Reactions – Rachel O’Reilly
1. What made you want to be a chemist?
I was always interested in science even at primary school and developed a real passion for chemistry at about 14. It was also the only thing I was better than my older sister at! Then at university I did Natural Sciences and realised just how interesting and exciting chemistry was. I really enjoy the creative aspect of synthesis and this is really want started my love of chemistry.
2. If you weren’t a chemist and could do any other job, what would it be – and why?
I would be a geologist as I have always had an interest in paleontology and earth tectonics. I think there is so much still to learn about the earth and its history so it would be an exciting and challenging career and also a great chance to see the world.
3. How can chemists best contribute to the world at large?
I hope we can contribute by helping solve some of the technological and environmental problems we currently face. Hopefully we can also engage with the public to encourage curiosity and the development of scientific knowledge.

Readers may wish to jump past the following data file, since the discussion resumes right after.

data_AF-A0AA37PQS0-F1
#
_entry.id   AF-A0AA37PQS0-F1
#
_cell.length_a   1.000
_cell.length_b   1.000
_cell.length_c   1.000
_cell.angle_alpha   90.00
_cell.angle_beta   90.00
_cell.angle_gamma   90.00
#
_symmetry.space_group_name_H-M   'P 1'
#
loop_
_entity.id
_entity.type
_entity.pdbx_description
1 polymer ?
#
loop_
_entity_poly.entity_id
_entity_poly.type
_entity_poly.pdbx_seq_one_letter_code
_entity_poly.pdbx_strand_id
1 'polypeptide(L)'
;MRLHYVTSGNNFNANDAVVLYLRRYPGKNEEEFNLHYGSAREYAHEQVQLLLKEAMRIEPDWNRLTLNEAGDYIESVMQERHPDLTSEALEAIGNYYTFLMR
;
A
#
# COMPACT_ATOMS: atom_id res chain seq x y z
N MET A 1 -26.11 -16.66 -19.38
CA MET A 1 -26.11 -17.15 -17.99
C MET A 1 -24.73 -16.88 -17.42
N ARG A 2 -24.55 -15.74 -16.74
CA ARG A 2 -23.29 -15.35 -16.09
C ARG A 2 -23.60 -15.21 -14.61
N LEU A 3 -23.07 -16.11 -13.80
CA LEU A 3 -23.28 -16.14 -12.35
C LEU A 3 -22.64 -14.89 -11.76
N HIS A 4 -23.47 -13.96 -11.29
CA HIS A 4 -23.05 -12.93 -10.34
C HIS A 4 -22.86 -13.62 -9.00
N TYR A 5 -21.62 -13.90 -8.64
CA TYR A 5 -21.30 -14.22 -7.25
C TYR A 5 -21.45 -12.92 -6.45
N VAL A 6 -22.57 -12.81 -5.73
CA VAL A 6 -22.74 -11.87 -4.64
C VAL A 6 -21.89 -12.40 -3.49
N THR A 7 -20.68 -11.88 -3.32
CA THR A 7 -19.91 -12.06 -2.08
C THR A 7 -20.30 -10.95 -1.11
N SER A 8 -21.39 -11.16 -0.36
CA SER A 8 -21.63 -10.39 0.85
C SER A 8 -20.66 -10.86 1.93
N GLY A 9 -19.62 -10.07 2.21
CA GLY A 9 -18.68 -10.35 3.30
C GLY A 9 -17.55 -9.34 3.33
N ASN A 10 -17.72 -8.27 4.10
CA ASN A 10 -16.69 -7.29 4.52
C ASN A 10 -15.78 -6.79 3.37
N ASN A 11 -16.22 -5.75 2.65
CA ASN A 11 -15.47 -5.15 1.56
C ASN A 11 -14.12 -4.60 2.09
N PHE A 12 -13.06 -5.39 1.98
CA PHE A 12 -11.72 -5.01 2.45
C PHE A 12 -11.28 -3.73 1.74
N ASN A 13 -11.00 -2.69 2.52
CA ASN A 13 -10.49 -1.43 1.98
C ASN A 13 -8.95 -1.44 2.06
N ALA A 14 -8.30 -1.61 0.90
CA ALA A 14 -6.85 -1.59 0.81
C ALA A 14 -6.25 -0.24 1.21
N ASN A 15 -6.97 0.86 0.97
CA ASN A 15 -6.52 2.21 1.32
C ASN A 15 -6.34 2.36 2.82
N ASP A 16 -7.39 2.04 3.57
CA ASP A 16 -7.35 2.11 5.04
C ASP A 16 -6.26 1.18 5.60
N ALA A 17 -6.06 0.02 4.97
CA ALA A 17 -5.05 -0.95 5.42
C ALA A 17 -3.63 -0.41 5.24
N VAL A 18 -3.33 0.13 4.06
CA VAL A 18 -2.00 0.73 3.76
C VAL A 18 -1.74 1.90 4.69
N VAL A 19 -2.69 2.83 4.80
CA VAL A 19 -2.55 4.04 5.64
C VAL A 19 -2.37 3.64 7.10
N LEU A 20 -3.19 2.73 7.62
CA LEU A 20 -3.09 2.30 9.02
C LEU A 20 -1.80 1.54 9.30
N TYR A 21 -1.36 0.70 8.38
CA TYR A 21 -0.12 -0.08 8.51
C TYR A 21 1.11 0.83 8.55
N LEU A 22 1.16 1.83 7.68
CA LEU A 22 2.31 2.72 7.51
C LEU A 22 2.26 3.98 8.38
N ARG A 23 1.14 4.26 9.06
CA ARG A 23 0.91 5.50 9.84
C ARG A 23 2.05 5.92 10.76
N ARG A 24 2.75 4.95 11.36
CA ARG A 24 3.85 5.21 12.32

4. Which historical figure would you most like to have dinner with – and why?
I would like to have dinner with Vincent van Gogh I love his work and would be fascinated to hear his views on modern art and how the world of art has changed since his lifetime.
5. When was the last time you did an experiment in the lab – and what was it?
It was just before Christmas I helped a student with the column chromatography of a radical initiator and it went wrong – they have not asked for my help again!
6. If exiled on a desert island, what one book and one CD would you take with you?
Difficult question as I love to read but I think I would have to take a book by one of my favourite authors John Fowles – probably The Magus. As for a CD I guess The Killers Hot Fuss would keep my spirits up – but I would prefer to take my iPod if possible
Rachel O’Reilly is in the Department of Chemistry at Cambridge University, and works on the design and synthesis of functional polymer micelles and nanoparticles for applications as delivery vehicles.